I returned to this idea in Slow Graffiti. I took the name from Belle and Sebastian’s song from the This is Just a Modern Rock Song EP, which I found when I was living in NY in the late 1990s. Its’ allusion to Oscar Wilde’s The Picture of Dorian Gray, which is largely a story of class and the masks one wears to maintain whatever power or lack of power that comes with said class. I interpreted Slow Graffiti as a reference to the proof of time that appears slowly, in the form of wrinkles crawling across your face—the way graffiti in the city happens in the night when no one is watching. How do wrinkles, or the slow softness of time, take shape and have power? There is potential in the invisible—be it “low class” or “bad taste” or the marginalized people of the world. The invisible will come to have power.
Unused, dead and broken body parts are given life through Dr. Frankenstein’s science; how can we give new life to that which society has deemed DOA? Slow Graffiti is an exercise, for the monster and the actor, to find value, and love in these unloved spaces.
EW: “Slow Graffiti” was originally shown as part of an installation by the same name at Secession in Vienna in 2017. The room was carpeted and full of brightly colored columns, LED lights, and objects like umbrellas, its plasticky color scheme resembling that of the video. Did you mean the exhibition to function as an extension of the video headspace? What did viewers experience?
ADC: On the heels of a very devastating US election in 2016, and the seemingly meteoric rise of the hot, bold, and brackish voice of Power, I pondered what it meant to work with hot, bold, and brackish colors. It was a time when I wanted to remember my community, my network, the circle of people that made my life’s patchwork quilt and grab hold of that community because there would be power, soft power. My grandmother was a quilter and I saw her wield that kind of soft power, slowly and quietly stitching together pieces of humble fabrics that have warmed my entire family for the last fifty years. I wanted to stop, to hide away from the rage in the world and be folded into the soft and slow quilt that was my grandmother’s brain; it was a time I wanted to lay flat on the floor and find “power” in what was for her terrifying, devastating, and imminent. I proposed making an invisible city, a laboratory, for my grandmother, made of remnant carpets salvaged from a store in North Philadelphia, paper building structures, and many Boschian inhabitants: characters we had met before but would now meet again, anew. I was looking at Carol Itter’s Raw Egg performance (1974), where she lays flat under a clear vinyl egg costume, and thought of the old commercial from 1987 that said: “This is your brain. …this is your brain on drugs,” showing a cracked egg in a frying pan as an example of how drugs deteriorate the human brain. But not all broken eggs are bad, right? What about that old idiom about breaking eggs to make omelets? Where is the power in the soft and broken things? I imagined that my grandmother, who was once the strong spine of my family tree, was now entering her pasta phase. Sunday dinners were always for spaghetti and red sauce at her house. Spaghetti has that kind of soft power I was looking for in the laboratory for the invisible mind. It is strong and sturdy in the box, but only ripe and ready when it’s soft and wiggly on the plate.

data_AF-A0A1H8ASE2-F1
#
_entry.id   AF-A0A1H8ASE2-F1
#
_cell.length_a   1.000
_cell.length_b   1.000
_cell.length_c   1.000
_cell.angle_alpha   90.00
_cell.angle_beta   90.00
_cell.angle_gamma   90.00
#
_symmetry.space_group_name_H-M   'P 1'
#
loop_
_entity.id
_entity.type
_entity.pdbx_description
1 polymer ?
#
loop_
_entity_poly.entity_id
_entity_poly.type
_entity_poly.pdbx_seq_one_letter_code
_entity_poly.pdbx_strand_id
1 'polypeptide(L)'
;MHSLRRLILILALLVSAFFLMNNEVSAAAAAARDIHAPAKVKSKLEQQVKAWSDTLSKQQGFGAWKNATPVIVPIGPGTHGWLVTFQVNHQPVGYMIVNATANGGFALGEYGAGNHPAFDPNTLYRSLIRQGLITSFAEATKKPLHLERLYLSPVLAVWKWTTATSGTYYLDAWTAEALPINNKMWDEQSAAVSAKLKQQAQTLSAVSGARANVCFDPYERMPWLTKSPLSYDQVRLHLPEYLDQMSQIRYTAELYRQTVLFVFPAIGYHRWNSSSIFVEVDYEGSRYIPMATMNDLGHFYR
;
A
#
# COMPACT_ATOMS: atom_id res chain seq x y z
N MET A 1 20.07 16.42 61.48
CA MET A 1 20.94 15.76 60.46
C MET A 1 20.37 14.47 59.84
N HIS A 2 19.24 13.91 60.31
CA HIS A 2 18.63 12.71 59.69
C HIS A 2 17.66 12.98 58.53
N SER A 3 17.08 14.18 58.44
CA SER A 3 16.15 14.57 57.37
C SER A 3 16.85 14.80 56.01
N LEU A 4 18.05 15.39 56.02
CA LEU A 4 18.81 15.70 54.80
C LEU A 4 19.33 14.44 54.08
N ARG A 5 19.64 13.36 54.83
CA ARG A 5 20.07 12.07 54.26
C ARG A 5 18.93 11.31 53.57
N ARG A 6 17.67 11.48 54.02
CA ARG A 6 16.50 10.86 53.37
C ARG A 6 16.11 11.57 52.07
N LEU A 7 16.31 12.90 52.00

The neon gray laboratory, the set which housed Slow Graffiti was filled with all types of soft and wiggly things, propositions for alchemical experiments, maybe propositions for a cure or a better way of seeing the familiar, new propositions for perfect or whatever other fucking stupid ideas we have been conditioned to accept as “normal,” “good,” and “right.” There is no great Truth. Things fall apart.
But to answer your question, Slow Graffiti, the video, played on and off, intermittently, on a screen framed in a pale gray Viennese theater curtain, as Dev Hyne’s sparse piano score accompanied visitors through the velvet-clad and carpeted cityscape.
Courtesy of the artist; Karma, NY; and Sadie Coles HQ, London